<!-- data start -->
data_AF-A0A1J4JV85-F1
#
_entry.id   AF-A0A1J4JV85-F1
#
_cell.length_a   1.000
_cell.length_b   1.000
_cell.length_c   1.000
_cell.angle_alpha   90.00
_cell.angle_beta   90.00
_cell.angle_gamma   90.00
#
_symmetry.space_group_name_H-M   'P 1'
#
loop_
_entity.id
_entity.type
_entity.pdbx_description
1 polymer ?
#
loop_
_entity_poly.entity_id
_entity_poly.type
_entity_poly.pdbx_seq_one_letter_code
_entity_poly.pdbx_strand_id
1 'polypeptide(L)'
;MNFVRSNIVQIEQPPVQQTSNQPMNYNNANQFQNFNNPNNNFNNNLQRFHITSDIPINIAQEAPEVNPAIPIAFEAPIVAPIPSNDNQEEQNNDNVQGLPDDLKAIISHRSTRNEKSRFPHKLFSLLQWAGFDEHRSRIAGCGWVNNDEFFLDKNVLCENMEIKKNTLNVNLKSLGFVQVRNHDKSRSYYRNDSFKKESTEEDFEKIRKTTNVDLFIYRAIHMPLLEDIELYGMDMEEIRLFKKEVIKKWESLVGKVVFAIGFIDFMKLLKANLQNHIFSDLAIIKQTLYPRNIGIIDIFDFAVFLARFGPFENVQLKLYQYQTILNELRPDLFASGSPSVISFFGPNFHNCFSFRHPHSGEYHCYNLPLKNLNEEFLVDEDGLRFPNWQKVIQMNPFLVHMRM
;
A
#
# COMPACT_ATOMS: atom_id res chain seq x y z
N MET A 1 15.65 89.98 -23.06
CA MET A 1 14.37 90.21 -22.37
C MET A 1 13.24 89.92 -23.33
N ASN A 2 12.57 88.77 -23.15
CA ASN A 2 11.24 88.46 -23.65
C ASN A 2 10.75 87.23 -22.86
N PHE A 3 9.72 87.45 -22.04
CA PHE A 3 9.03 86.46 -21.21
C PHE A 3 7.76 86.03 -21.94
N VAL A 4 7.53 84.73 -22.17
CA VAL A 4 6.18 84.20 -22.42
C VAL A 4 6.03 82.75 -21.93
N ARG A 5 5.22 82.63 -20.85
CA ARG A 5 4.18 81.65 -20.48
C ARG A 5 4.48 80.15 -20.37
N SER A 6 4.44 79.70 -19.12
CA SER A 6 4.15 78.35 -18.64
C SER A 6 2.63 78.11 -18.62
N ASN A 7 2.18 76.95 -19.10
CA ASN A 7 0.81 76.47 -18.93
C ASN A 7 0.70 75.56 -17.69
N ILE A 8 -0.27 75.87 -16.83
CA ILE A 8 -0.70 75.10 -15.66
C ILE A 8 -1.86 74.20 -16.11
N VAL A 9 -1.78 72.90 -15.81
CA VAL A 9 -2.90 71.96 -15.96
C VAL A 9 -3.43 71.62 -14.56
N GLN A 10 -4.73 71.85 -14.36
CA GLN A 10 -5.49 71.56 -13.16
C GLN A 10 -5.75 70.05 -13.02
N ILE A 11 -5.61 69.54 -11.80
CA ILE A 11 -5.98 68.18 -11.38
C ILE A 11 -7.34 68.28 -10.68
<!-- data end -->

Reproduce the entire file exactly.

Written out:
data_AF-A0A1J4JV85-F1
#
_entry.id   AF-A0A1J4JV85-F1
#
_cell.length_a   1.000
_cell.length_b   1.000
_cell.length_c   1.000
_cell.angle_alpha   90.00
_cell.angle_beta   90.00
_cell.angle_gamma   90.00
#
_symmetry.space_group_name_H-M   'P 1'
#
loop_
_entity.id
_entity.type
_entity.pdbx_description
1 polymer ?
#
loop_
_entity_poly.entity_id
_entity_poly.type
_entity_poly.pdbx_seq_one_letter_code
_entity_poly.pdbx_strand_id
1 'polypeptide(L)'
;MNFVRSNIVQIEQPPVQQTSNQPMNYNNANQFQNFNNPNNNFNNNLQRFHITSDIPINIAQEAPEVNPAIPIAFEAPIVAPIPSNDNQEEQNNDNVQGLPDDLKAIISHRSTRNEKSRFPHKLFSLLQWAGFDEHRSRIAGCGWVNNDEFFLDKNVLCENMEIKKNTLNVNLKSLGFVQVRNHDKSRSYYRNDSFKKESTEEDFEKIRKTTNVDLFIYRAIHMPLLEDIELYGMDMEEIRLFKKEVIKKWESLVGKVVFAIGFIDFMKLLKANLQNHIFSDLAIIKQTLYPRNIGIIDIFDFAVFLARFGPFENVQLKLYQYQTILNELRPDLFASGSPSVISFFGPNFHNCFSFRHPHSGEYHCYNLPLKNLNEEFLVDEDGLRFPNWQKVIQMNPFLVHMRM
;
A
#
# COMPACT_ATOMS: atom_id res chain seq x y z
N MET A 1 15.65 89.98 -23.06
CA MET A 1 14.37 90.21 -22.37
C MET A 1 13.24 89.92 -23.33
N ASN A 2 12.57 88.77 -23.15
CA ASN A 2 11.24 88.46 -23.65
C ASN A 2 10.75 87.23 -22.86
N PHE A 3 9.72 87.45 -22.04
CA PHE A 3 9.03 86.46 -21.21
C PHE A 3 7.76 86.03 -21.94
N VAL A 4 7.53 84.73 -22.17
CA VAL A 4 6.18 84.20 -22.42
C VAL A 4 6.03 82.75 -21.93
N ARG A 5 5.22 82.63 -20.85
CA ARG A 5 4.18 81.65 -20.48
C ARG A 5 4.48 80.15 -20.37
N SER A 6 4.44 79.70 -19.12
CA SER A 6 4.15 78.35 -18.64
C SER A 6 2.63 78.11 -18.62
N ASN A 7 2.18 76.95 -19.10
CA ASN A 7 0.81 76.47 -18.93
C ASN A 7 0.70 75.56 -17.69
N ILE A 8 -0.27 75.87 -16.83
CA ILE A 8 -0.70 75.10 -15.66
C ILE A 8 -1.86 74.20 -16.11
N VAL A 9 -1.78 72.90 -15.81
CA VAL A 9 -2.90 71.96 -15.96
C VAL A 9 -3.43 71.62 -14.56
N GLN A 10 -4.73 71.85 -14.36
CA GLN A 10 -5.49 71.56 -13.16
C GLN A 10 -5.75 70.05 -13.02
N ILE A 11 -5.61 69.54 -11.80
CA ILE A 11 -5.98 68.18 -11.38
C ILE A 11 -7.34 68.28 -10.68